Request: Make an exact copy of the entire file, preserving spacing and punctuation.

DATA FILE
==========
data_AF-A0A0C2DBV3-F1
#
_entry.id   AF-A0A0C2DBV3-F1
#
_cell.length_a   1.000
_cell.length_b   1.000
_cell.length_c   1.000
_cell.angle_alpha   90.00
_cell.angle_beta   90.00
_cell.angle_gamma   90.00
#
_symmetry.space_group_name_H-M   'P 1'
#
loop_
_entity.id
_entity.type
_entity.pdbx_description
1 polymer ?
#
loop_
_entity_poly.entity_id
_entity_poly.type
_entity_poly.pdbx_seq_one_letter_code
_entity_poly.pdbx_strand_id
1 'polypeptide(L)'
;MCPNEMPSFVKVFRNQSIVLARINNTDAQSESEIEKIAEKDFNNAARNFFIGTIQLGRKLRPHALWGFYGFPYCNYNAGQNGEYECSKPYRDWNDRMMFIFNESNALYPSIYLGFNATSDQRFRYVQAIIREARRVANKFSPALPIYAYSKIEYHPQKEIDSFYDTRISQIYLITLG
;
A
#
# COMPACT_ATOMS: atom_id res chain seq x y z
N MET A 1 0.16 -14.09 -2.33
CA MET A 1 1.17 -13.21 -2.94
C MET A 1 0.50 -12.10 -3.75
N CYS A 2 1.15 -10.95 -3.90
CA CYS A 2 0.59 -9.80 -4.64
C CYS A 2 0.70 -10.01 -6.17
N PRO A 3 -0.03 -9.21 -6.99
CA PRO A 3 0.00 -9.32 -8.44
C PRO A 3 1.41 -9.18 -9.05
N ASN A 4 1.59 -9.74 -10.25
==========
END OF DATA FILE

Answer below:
data_AF-A0A0C2DBV3-F1
#
_entry.id   AF-A0A0C2DBV3-F1
#
_cell.length_a   1.000
_cell.length_b   1.000
_cell.length_c   1.000
_cell.angle_alpha   90.00
_cell.angle_beta   90.00
_cell.angle_gamma   90.00
#
_symmetry.space_group_name_H-M   'P 1'
#
loop_
_entity.id
_entity.type
_entity.pdbx_description
1 polymer ?
#
loop_
_entity_poly.entity_id
_entity_poly.type
_entity_poly.pdbx_seq_one_letter_code
_entity_poly.pdbx_strand_id
1 'polypeptide(L)'
;MCPNEMPSFVKVFRNQSIVLARINNTDAQSESEIEKIAEKDFNNAARNFFIGTIQLGRKLRPHALWGFYGFPYCNYNAGQNGEYECSKPYRDWNDRMMFIFNESNALYPSIYLGFNATSDQRFRYVQAIIREARRVANKFSPALPIYAYSKIEYHPQKEIDSFYDTRISQIYLITLG
;
A
#
# COMPACT_ATOMS: atom_id res chain seq x y z
N MET A 1 0.16 -14.09 -2.33
CA MET A 1 1.17 -13.21 -2.94
C MET A 1 0.50 -12.10 -3.75
N CYS A 2 1.15 -10.95 -3.90
CA CYS A 2 0.59 -9.80 -4.64
C CYS A 2 0.70 -10.01 -6.17
N PRO A 3 -0.03 -9.21 -6.99
CA PRO A 3 0.00 -9.32 -8.44
C PRO A 3 1.41 -9.18 -9.05
N ASN A 4 1.59 -9.74 -10.25